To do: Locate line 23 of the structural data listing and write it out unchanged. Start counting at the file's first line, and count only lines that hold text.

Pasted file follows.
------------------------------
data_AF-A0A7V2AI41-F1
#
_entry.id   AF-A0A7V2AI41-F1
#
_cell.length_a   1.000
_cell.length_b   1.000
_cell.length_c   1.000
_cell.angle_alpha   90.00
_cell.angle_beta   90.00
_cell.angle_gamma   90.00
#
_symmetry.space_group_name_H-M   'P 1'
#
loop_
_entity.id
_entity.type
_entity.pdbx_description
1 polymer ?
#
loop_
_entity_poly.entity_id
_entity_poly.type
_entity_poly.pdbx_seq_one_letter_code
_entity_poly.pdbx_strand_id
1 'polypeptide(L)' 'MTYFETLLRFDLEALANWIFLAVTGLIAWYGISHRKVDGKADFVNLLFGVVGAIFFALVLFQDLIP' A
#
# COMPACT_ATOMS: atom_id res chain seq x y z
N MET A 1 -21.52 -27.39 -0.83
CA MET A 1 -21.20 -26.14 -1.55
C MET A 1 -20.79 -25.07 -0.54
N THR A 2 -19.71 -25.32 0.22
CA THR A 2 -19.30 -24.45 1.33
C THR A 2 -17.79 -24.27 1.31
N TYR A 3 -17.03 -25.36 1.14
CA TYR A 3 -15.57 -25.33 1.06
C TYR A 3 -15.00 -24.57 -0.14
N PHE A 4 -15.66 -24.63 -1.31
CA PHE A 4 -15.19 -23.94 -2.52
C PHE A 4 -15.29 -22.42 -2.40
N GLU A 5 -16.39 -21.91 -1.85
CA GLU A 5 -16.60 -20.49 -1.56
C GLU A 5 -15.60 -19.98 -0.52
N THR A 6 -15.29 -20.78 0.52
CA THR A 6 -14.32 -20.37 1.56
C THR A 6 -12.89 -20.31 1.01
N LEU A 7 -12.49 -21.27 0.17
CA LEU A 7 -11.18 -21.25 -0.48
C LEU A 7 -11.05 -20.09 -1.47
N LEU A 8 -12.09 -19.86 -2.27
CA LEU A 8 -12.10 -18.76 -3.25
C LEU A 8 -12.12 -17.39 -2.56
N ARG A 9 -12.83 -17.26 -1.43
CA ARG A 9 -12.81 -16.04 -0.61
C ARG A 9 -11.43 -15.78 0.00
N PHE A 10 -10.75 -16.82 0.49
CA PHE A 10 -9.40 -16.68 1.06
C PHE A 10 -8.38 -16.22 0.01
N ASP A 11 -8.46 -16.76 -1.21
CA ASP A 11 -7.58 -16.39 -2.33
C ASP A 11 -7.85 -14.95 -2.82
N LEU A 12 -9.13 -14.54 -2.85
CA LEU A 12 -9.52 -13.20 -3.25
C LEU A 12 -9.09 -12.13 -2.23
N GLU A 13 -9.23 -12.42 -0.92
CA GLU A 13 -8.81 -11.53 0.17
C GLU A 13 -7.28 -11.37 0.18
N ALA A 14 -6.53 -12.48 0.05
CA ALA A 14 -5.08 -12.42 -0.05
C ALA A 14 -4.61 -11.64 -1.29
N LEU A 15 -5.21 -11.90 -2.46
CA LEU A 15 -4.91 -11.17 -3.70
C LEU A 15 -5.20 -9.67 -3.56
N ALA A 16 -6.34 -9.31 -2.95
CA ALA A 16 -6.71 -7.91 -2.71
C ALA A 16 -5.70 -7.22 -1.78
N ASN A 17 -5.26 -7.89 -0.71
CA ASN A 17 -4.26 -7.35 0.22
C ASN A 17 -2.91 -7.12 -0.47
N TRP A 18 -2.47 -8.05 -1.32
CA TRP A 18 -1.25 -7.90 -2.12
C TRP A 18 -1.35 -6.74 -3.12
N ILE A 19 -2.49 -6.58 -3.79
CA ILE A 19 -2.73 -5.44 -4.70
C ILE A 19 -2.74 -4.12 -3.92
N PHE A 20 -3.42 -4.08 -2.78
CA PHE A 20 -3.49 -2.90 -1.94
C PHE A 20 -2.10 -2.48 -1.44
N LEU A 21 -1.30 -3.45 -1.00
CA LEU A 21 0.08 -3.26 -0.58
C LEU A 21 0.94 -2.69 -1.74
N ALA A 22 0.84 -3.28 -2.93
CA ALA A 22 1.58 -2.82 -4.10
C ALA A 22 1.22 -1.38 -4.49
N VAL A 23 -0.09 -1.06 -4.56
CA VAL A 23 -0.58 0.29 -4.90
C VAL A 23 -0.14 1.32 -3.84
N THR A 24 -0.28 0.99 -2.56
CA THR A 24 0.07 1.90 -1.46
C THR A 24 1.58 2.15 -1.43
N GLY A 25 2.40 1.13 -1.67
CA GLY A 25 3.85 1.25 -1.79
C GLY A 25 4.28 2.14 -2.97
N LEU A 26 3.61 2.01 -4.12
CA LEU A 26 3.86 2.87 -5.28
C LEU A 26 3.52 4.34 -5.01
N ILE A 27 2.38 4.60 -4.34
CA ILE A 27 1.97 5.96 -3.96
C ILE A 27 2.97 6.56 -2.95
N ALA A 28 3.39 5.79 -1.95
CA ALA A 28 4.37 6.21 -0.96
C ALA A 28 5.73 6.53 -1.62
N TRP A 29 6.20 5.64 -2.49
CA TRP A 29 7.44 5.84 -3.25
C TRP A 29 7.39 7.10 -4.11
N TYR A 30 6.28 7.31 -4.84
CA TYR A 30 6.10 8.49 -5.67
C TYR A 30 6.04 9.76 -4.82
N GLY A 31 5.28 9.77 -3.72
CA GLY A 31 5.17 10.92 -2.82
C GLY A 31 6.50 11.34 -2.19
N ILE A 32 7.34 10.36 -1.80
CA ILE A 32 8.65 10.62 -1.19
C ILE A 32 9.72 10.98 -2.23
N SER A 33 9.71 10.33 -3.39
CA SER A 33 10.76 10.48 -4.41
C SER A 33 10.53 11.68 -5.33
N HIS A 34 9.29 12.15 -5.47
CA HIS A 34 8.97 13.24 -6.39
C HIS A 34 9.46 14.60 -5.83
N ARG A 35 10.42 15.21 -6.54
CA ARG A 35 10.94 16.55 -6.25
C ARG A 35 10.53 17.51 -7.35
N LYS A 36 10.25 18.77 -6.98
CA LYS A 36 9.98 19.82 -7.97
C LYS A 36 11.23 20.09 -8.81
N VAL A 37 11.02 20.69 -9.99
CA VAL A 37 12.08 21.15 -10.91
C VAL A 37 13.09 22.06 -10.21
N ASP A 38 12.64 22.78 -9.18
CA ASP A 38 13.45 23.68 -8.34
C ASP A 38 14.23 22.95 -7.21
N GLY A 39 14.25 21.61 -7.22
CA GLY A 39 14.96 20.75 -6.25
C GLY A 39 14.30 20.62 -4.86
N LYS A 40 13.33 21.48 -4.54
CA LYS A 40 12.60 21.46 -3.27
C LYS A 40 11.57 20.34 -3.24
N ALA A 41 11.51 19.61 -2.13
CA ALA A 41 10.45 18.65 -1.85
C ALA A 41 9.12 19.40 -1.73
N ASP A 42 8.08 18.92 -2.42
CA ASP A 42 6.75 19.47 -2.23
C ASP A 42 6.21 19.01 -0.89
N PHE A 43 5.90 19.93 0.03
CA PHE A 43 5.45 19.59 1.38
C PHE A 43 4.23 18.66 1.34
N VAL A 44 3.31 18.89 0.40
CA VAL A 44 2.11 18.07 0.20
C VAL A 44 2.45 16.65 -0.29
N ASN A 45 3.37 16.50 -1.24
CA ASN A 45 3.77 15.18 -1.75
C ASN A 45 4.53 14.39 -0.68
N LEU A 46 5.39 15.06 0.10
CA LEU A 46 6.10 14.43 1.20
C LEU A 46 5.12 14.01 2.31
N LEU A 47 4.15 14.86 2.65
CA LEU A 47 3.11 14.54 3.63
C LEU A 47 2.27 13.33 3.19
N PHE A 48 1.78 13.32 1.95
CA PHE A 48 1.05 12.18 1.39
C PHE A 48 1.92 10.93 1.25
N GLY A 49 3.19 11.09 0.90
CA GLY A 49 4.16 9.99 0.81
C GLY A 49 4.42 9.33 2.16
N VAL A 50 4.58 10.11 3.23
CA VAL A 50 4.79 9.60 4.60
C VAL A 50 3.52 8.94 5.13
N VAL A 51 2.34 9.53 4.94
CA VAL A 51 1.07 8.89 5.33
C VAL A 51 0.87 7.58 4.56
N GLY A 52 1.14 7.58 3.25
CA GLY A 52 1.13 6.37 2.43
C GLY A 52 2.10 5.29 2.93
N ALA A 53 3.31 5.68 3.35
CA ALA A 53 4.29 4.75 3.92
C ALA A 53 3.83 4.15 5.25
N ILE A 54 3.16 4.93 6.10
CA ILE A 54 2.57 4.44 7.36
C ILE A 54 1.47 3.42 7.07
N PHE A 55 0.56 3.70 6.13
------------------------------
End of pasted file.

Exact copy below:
_entity_poly.pdbx_seq_one_letter_code